Photographer: Tom Woodward, via Wikimedia Commons
Photographer: Tom Woodward, via Wikimedia Commons

I read a lot of blogs and interviews, and Christians are the only writers who wear this particular straitjacket. And it shows in our books.

I recently finished a two-book story arc by a very sweet author. I love her to bits and her writing is beautiful.

But she’s constrained by SHOULD.

On her blog, at one point she mentioned that second book and how she ran up against a point where the hero had to get redeemed. And okay, there’s nothing wrong with that. I spotted the point halfway through the book.

The trouble was the straitjacket on the story afterward.

The hero never learned to stand on his own and become a hero. He went from weak and whiny to weak and whiny with the Jesus figure holding his hand. He was like a kid being herded around by his mom, and therefore was hard to respect as a character. (The Jesus figure: Our Heavenly Mother.)

You know the story of the Hobbit. There wasn’t much to Bilbo until Gandalf left, and Bilbo becomes the leader during the Mirkwood crawl. Without the stronger savior figure, Bilbo has to step up to the plate and become a hero.

If the Jesus figure sticks around, the hero has no reason to grow. Mummy’s taking care of him and there’s no reason to man up. I kept hoping the hero of the aforementioned book would get to stand on his own and the Jesus figure would stand back and let the hero breathe.

Nope.

The hero, being weak and unmanned, goes on to a pathetic, ignoble ending and leaves the girl in the lurch. I was terribly disappointed. There’s no more books, either. That story is done.

The hero winds up married to the Jesus figure, for all intents and purposes.

I know this is how our relationship with Jesus works in real life. But somehow it doesn’t work the same in fiction, particularly when the god is incarnate and fixated on saving one person. In real life, our relationship works through the Holy Spirit. It’s a quiet, inter-dimensional thing that the general public doesn’t see.

This Jesus straitjacket appears in other Christian fiction, too. I’ve written it, myself, and felt the life choked out of my fiction as theology rose up and took over. I gave up writing intentionally Christian stories to escape those constraints.

I don’t know what the answer is, except maybe to grow both as a writer and a believer.

Wonderful October!

October is my birthday month, and I’ve always liked fall from an early age.

Well, sort of. As a kid, it’s hard not to be envious of all your friends who have summer birthdays and get swim parties. But we usually arranged to go camping at the beach around my birthday, so that was even better.

This fall, we’re in Arizona. In the fall, the desert looks like this.

Monument Valley, AZ, by Bernard Gagnon via Wikimedia Commons
Monument Valley, AZ, by Bernard Gagnon via Wikimedia Commons

…which is pretty much the same in the summer, winter and spring, too. Except in the spring there’s slightly more flowers.

I can dream about this …

640px-Herbst

Or this …

Autumn by Justin.Johnsen via Wikimedia Commons
Autumn by Justin.Johnsen via Wikimedia Commons

I suppose I could drive a couple hours up to Flagstaff and take a look at their fall color.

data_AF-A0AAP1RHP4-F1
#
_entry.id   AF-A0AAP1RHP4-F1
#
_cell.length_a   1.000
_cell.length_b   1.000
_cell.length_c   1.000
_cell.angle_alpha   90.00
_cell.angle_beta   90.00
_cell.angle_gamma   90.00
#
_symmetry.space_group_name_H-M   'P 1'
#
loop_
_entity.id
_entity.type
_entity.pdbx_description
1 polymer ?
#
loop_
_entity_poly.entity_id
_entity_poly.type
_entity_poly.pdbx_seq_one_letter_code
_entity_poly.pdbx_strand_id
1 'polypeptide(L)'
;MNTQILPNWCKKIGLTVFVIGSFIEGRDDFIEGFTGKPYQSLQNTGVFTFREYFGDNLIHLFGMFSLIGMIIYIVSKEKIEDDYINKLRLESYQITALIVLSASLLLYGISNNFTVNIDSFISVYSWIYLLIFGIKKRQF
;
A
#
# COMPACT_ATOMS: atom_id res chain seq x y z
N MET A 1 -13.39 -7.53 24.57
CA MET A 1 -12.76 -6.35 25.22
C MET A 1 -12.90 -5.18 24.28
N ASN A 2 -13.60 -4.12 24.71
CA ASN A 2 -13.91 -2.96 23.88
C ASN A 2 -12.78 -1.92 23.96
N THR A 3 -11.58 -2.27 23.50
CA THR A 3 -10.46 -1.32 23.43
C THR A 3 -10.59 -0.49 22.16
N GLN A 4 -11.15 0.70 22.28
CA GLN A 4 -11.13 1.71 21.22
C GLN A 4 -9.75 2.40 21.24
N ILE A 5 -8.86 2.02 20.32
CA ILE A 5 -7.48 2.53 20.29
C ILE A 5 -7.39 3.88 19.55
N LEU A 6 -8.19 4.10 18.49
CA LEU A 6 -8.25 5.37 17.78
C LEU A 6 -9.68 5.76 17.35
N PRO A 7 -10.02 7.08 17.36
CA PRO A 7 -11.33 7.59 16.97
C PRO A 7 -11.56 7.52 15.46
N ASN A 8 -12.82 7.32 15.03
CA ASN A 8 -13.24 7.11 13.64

Or I could go to the grocery store and check out the gourds and squash.

Gourds and squash, by Wildfeuer via Wikimedia Commons
Gourds and squash, by Wildfeuer via Wikimedia Commons

Their colors are so refreshing.

Hard werewolf questions

This is continuing on from my previous post on werewolves and Christianity.

I guess with Halloween coming on, I’ve been slipping into that appetite for horror I get once a year. It’s pretty hard to ignore when one of your neighbors decorates their apartment in lime-green cobwebs with a Zombie Crossing sign outside. Once it got dark outside, inside you could see they had plastic skulls hanging from their ceiling fan, spinning round and round and looking frankly hilarious.

Everywhere you go, there’s spooky scarecrows and witches and ghosts and pumpkins and decorative gourds. The colors alone make my heart go pit-a-pat.

Pumpkin and Gourd Display, via Wikimedia Commons by Sdwelch1031
Pumpkin and Gourd Display, via Wikimedia Commons by Sdwelch1031

I read so many wolf books growing up, I guess werewolves are just my favorite monster.

That and any woman who has experienced PMS knows what it’s like to change into a monster once a month.

Maybe that’s why I don’t do vampires–I can’t figure out how to identify with them. Parasites just don’t strike me as adorable, I’m afraid.

My mom had this old, old book about the animal kingdom, and when I was feeling daring, I’d get it off the shelf and see how far I could get. It started with the small stuff–paramecium and amoebas and such. Then it worked up to worms and parasites. Earthworms I can handle, but not the tapeworms. All detailed with nice closeups.

Eventually I’d be so grossed out, I’d slam the book shut and shove it back on the shelf.

Vampires, to me, are about as attractive of those closeups of tapeworms.

I know there’s books out there that have vampires wrestling with the dual nature–their thirst for blood and their attempt to remain human. But that doesn’t excite me like seeing the werewolf do the same thing. The vampire succumbs to appetite, while the werewolf succumbs to insanity.

To me, slipping over that edge and losing your humanity–and your mind–is the truly frightening thing.

George McDonald played with wicked people evolving backward into beasts. At its root, that’s the werewolf myth. And who hasn’t seen evil, debased people who were far below any self-respecting member of the animal kingdom?

That’s why I think it’s a shame that Christians don’t write books dealing with monsters more often. I want to read a book about a classic werewolf like a Christian Lupin (from Harry Potter)–who struggles with his faith and his monthly craving for raw meat. Who is desperately seeking redemption, even though it might mean his death (you can’t kill Hyde without also killing Jekyll).

That’s one reason I just loved Andrew Peterson’s Wingfeather books. His lycanthropes are the truly frightening ones, and when one of the heroes gets turned into one, it makes it all the more sad and terrifying.

I want to see someone tackle hard questions like, when a person loses their memory and their personality changes, are they still saved? How much of the evil coming through is their fallen nature, and how much is the true darkness of their soul?

Where does a Christian take that? Is God’s grace and mercy still bigger than the demented werewolf?